- Both Tailchaser's Song and its Spiritual Successor Warrior Cats have cats becoming lethargic and overweight after being spayed or neutered. This is actually a myth. Your pets' personality and behavior won't change much if at all after the surgery, and if anything changes it's little things such as males being less aggressive.
- Survivor Dogs:
- Most Dobermans are depicted with naturally docked ears, with the exception being the White Sheep Storm. As pups they have natural ears but when they age suddenly their ears become upright, like a German Shepherds. Dobermans naturally have long tails and floppy ears. Early in their life, their breeder or owner can chose to crop their tails short and/or dock their ears upright.
- Realistically, a lot of the dogs would have a tougher time surviving than the wild than depicted. Sweet, for example, is a Greyhound. They're known for getting injured very easily and getting cold very easily, due to the low amount of fat on their bodies. Sweet still fares perfectly well in the cold environment and is powerful enough to become an Alpha.
- Dogs are depicted as monogamous, unlike real dogs.
- Young foxes are "kits", not "cubs".
- Warrior Cats features Partially Civilized Animals however they're not anthropomorphic enough to explain some of the issues:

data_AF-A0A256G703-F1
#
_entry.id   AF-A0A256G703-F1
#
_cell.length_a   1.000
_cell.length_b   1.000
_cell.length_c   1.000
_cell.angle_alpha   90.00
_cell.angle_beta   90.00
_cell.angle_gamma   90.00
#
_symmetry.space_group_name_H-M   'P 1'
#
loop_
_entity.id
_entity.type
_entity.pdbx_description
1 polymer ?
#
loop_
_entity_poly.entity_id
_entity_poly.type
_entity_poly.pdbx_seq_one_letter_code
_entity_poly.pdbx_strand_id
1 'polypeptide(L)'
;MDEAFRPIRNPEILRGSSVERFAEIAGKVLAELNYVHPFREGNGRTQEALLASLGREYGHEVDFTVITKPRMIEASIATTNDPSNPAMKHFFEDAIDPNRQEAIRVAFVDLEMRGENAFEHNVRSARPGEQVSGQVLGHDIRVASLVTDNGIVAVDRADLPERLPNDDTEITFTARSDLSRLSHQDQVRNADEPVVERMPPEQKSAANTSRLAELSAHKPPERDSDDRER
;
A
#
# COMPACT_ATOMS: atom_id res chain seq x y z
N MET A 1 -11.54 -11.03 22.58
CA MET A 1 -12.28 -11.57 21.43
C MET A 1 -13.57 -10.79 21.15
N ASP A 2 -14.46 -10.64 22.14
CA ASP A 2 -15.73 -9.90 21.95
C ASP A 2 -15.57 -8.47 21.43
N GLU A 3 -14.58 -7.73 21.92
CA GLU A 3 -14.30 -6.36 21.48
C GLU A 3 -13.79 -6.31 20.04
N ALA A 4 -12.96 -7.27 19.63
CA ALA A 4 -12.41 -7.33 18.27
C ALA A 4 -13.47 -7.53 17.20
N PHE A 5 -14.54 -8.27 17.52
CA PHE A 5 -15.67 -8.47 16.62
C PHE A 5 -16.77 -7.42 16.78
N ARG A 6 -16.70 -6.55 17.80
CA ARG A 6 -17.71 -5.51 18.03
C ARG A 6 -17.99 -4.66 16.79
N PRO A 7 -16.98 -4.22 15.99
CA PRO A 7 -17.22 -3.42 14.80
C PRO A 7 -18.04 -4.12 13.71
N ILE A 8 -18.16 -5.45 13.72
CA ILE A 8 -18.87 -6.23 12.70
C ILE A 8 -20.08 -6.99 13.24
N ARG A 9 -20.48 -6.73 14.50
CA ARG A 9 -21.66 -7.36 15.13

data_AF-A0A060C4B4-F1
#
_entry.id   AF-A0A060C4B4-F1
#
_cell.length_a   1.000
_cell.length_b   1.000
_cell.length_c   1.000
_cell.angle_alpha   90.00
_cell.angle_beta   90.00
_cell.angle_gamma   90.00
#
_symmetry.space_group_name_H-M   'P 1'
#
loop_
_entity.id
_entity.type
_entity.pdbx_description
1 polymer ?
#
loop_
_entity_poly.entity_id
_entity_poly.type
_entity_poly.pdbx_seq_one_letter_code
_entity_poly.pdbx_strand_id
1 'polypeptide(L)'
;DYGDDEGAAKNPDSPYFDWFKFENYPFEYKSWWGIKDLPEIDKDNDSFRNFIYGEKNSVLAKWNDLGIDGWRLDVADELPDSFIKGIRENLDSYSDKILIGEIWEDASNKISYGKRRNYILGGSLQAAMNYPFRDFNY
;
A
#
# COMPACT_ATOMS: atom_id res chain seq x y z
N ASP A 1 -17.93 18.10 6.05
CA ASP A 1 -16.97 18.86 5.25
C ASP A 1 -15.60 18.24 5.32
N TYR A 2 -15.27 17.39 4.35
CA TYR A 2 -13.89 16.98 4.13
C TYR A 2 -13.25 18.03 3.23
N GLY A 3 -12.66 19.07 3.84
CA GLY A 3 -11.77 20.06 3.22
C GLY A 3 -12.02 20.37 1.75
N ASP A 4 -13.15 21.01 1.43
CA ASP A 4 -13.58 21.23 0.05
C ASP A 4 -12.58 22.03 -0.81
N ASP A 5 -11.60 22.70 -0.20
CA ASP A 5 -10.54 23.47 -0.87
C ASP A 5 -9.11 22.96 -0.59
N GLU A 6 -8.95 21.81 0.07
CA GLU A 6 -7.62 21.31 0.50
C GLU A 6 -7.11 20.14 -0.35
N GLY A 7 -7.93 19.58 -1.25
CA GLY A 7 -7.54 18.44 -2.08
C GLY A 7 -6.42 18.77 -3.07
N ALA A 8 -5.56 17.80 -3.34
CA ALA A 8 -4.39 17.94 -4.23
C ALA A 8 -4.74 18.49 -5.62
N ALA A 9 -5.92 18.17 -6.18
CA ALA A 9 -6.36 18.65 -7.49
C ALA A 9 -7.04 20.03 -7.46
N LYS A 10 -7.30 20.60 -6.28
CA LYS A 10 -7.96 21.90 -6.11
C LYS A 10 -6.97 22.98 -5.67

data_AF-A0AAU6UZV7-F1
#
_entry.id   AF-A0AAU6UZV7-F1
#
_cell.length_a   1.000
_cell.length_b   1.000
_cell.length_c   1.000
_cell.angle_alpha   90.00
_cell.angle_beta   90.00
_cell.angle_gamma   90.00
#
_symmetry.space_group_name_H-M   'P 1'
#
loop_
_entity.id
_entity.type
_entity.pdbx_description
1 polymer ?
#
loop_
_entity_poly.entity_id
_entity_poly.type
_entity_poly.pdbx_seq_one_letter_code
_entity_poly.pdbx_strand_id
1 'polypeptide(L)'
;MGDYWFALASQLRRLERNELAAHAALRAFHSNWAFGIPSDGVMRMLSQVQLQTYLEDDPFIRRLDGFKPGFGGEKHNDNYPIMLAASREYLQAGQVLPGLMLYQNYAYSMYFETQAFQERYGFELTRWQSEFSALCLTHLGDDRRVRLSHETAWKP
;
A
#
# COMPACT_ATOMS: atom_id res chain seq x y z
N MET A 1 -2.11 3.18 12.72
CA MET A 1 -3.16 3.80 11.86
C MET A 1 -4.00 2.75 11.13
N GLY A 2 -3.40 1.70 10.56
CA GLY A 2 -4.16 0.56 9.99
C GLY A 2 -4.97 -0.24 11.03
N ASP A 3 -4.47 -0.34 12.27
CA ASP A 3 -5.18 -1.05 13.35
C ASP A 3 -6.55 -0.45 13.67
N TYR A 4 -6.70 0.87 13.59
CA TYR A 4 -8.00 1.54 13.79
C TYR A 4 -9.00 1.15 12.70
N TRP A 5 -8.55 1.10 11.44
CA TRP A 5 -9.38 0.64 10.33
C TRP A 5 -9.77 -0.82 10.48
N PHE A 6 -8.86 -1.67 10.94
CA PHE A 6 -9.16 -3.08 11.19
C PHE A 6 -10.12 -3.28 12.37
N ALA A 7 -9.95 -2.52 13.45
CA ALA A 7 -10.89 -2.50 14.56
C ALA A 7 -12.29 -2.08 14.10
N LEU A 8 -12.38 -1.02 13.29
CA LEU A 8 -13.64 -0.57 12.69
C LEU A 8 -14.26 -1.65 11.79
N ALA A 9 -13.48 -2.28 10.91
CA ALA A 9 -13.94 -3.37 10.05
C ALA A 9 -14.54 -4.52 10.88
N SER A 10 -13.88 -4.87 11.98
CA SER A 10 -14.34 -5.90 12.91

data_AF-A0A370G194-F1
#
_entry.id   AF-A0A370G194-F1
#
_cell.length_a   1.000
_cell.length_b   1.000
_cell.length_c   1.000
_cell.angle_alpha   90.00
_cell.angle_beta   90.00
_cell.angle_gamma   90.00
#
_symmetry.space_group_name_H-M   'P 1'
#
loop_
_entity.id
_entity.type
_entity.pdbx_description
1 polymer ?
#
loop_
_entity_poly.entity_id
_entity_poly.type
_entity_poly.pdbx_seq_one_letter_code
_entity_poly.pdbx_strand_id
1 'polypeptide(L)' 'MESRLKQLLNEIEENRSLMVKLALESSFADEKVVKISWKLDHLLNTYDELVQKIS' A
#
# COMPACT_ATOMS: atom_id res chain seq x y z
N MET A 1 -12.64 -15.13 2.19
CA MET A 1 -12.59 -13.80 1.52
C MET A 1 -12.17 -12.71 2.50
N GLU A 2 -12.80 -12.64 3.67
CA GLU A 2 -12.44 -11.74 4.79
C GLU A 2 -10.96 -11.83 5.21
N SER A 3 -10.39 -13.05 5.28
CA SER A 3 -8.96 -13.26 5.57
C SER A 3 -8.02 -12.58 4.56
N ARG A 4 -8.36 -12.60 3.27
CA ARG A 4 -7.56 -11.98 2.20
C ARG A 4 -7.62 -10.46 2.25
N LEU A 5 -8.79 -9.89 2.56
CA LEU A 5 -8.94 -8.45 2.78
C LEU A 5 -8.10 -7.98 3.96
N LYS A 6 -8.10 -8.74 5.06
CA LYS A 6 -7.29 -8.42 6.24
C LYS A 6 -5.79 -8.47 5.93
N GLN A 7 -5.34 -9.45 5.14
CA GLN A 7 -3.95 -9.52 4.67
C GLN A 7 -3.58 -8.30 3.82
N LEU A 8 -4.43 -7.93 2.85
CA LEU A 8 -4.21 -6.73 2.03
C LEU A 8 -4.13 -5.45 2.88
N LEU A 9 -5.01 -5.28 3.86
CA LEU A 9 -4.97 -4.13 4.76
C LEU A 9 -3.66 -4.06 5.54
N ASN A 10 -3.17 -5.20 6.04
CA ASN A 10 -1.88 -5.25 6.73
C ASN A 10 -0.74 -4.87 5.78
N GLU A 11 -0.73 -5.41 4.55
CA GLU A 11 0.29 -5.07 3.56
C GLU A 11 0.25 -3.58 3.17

- The cats aren't always in Perfect Health however they noticeably lack a lot of issues common in feral cats, such as FIV (a cat equivalent to HIV).
- Adult warriors can become From Stray to Pet if they wish to, though it's deeply looked down upon and they're seen as traitors to their Clan. In real life, most feral cats (as in, they were born and raised on the streets with little-to-no human contact) cannot be homed after kittenhood. This is why Trap-and-Release programs release the cats after spaying and neutering them, instead of trying to find them owners.
- Neutered cats are portrayed as sluggish and fat. This is a reasons why cats fear humans. Learning about neutering helps persuade Rusty to run away to ThunderClan. This is an old myth. Cats, or dogs for that matter, don't become less active due to being spayed or neutered.
- Cats are portrayed as monogamous animals that mate for life. In real life, cats are anything but monogamous.
- Cats are depicted as diurnal in Warriors, rarely hunt at night, and don't have very good eyesight at night.
- Cats almost never hunt in trees or even climb trees.
- It's implied that cats mate for reasons besides breeding. At least one character has gotten pregnant when they thought they were infertile.